Yuck, on 18 October 2018 - 08:33 AM, said:
Yes. My yips seem like arms / shoulders stop mid stroke. When that happens, I will either barely hit the ball with the heel leading and miss right and short or flip my hands to save it and go long left. Inside a foot I am still on line enough to make it almost always when this happens unless left short. In the 18 inch to 3.5 foot range, if this happens, it will not come close to hitting the hole. This is not a conscious thing, and I cannot replicate it when practice putting. I cannot convince my brain I am practicing when I am on the course. This is not every putt, but probably 3 to 6 per round when it is bad. This also puts pressure on my lag putting, sand play and chipping which are all pretty good.
If you watched it when happening, you reaction would be disgust, followed by pity. My normal playing parters do not even make fun of it, since it is so sad. I am the reason all putts get putted out in our games. My index reflects my putting, so the games are fair. Current index is 4.5, trending 4.2, But that is because I now have a couple of rounds under 30 putts and a couple at 30 putts in my last 20.
So you are describing myself 3 years ago. I had the yipps for 5+ years. I won a tournament (flighted) by shooting 80 with 41 putts. On short puts my right arm felt like it was convulsing, I would try to use my "big" muscles to hit a 3' putt. My mind would tell me it's way too hard of a swing, so I'd decelerate and at the last minute my brain says "oh crap it's gonna be short" then I fire my right hand at it. I had numerous 3' straight putts where I missed the hole by more than a foot on the left side (or left them short). I use to joke that I had a form of Parkinson that only appears when I'm close than 6' to the hole. One guy in my group responded back with "well do you putt better in the morning."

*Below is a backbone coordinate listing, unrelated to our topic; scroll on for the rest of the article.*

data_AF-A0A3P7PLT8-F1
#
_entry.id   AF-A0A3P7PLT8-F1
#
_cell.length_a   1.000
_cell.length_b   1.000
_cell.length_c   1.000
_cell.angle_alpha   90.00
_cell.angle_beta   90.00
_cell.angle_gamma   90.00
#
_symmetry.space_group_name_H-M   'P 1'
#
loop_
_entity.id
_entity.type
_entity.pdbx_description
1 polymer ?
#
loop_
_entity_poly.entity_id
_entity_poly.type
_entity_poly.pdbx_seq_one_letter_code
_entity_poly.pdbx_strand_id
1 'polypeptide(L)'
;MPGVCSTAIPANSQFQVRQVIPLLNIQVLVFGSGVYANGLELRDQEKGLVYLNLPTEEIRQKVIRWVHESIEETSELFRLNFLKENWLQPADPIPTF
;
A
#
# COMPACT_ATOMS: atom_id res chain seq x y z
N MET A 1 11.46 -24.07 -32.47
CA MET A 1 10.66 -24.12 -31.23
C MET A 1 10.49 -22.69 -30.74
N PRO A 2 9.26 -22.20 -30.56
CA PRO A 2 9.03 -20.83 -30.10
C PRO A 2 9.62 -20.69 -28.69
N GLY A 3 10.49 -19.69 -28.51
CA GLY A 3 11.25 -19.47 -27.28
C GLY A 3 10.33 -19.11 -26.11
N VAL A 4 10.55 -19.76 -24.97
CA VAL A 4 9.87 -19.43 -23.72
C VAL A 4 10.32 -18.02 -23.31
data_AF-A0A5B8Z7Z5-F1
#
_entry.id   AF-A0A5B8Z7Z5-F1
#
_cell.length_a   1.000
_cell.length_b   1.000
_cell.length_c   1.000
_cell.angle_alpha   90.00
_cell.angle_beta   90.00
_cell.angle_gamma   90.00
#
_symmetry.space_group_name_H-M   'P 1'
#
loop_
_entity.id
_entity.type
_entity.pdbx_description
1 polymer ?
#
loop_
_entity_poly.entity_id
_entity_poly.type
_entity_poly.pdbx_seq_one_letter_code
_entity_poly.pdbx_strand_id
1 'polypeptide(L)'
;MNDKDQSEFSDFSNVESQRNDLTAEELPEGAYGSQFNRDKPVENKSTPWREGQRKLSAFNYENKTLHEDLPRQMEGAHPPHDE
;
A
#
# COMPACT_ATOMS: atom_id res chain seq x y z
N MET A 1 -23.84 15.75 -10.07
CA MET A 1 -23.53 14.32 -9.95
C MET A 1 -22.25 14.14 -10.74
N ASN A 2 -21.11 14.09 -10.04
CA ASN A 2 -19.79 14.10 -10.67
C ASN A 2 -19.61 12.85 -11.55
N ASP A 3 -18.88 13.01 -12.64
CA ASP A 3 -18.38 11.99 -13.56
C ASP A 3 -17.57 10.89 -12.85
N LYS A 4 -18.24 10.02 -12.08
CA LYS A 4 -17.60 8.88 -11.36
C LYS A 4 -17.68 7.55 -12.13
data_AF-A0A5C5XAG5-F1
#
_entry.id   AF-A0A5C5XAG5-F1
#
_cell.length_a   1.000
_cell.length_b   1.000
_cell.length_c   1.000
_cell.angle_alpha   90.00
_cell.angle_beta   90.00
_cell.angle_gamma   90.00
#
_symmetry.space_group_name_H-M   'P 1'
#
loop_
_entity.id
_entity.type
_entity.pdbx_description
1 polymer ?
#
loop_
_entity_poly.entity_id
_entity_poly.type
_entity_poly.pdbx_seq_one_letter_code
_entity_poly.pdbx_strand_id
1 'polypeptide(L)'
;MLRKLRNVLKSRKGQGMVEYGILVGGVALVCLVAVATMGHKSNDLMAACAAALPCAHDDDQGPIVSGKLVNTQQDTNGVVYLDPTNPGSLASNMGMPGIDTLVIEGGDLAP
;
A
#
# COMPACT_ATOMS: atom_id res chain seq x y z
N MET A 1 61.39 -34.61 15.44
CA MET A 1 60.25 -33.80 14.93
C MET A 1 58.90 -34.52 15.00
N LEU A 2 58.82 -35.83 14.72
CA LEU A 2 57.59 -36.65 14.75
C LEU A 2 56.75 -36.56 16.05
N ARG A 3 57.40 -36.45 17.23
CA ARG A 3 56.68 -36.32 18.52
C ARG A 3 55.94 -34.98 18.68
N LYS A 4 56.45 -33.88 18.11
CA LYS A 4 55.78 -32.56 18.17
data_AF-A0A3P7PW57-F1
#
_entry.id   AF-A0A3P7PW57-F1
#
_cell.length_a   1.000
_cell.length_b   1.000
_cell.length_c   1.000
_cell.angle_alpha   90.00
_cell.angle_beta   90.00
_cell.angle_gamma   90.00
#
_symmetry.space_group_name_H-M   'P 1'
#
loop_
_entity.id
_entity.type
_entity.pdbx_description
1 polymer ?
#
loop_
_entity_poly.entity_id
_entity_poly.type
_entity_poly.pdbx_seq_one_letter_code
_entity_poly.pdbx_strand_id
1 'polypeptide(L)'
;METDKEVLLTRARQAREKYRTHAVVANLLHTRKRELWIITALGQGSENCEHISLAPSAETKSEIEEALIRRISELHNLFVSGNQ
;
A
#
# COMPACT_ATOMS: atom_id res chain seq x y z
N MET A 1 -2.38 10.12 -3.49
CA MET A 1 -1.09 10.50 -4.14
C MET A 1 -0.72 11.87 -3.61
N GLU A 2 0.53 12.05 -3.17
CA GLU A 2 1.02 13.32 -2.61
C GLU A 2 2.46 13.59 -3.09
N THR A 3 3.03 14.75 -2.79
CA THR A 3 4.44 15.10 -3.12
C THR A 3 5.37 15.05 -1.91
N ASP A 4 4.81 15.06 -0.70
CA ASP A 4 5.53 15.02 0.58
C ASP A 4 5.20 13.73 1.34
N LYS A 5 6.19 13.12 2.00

Here are all the putting styles I tried over that 5-10 year span none of which worked for me.
overlap grip, 10 finger grip, double overlap, left hand low, claw, saw, pencil, belly putter (kind of worked but now illegal), 1 handed putting, eyes closed, looking at hole. Throw in 1-2 different putters and styles per year on top of that. Many things seemed to work for varying periods of time some seemed to work for 8-9 holes, and some worked for 2-3 months. But the spasms would always come back.
Here is the only thing I've done that has seemed to help me get over it (although I feel like a person in rehab, and I'll never truly be over the yipps). It's actually 2 things the first didn't really help my yipps.
1) I noticed when putting looking at the hole my distance control was remarkably better. So now any time I'm more than 6' from the hole I putt looking at the hole. It makes my next putt a lot shorter (over 1000's of lag putts I recorded I was about 40% closer by looking at the hole).
2) This is the big one for the yipps. I switched to a very heavy putter (660+ grams). This basically forces me to use my big muscles and take my arms out of the stroke. I have been using a CURE putter for the last 3 years with the weight damn near maxed out on it. I also noticed it has the added benefit of a higher MOI, so my issue with not hitting the center of the club face while looking at the hole has made my lag putting even better. It took me 2-3 months to get use to the weight, but *knock on wood* I have not felt that "yippy" spasm type feeling in a single putt since getting that putter. I use to have that feeling 4-5 times a round. It's kind of ironic that it's named CURE because so far it has cured my yipps.
I don't know if it will work for you but I was able to find a used one on second swing for $80. I'm not magically the best putter in the world now. But because that $80 got rid of that terrible spastic convulsion feeling that is the 1 club in my bag that has a permanent spot (assuming that feeling never returns). I don't really give a damn what any putter fitting will ever tell me, that putter can only be pulled from my bag if that yippy feeling returns, other than that you can pull it from my cold dead hands.
*Even typing this conversation about the yipps I feel my right hand trembling as if just typing the response makes me want to start crying. This is really a terrible golf disease that for those that haven't ever dealt with it will never truly understand.
Edited by jasonfish11, 18 October 2018 - 09:24 AM.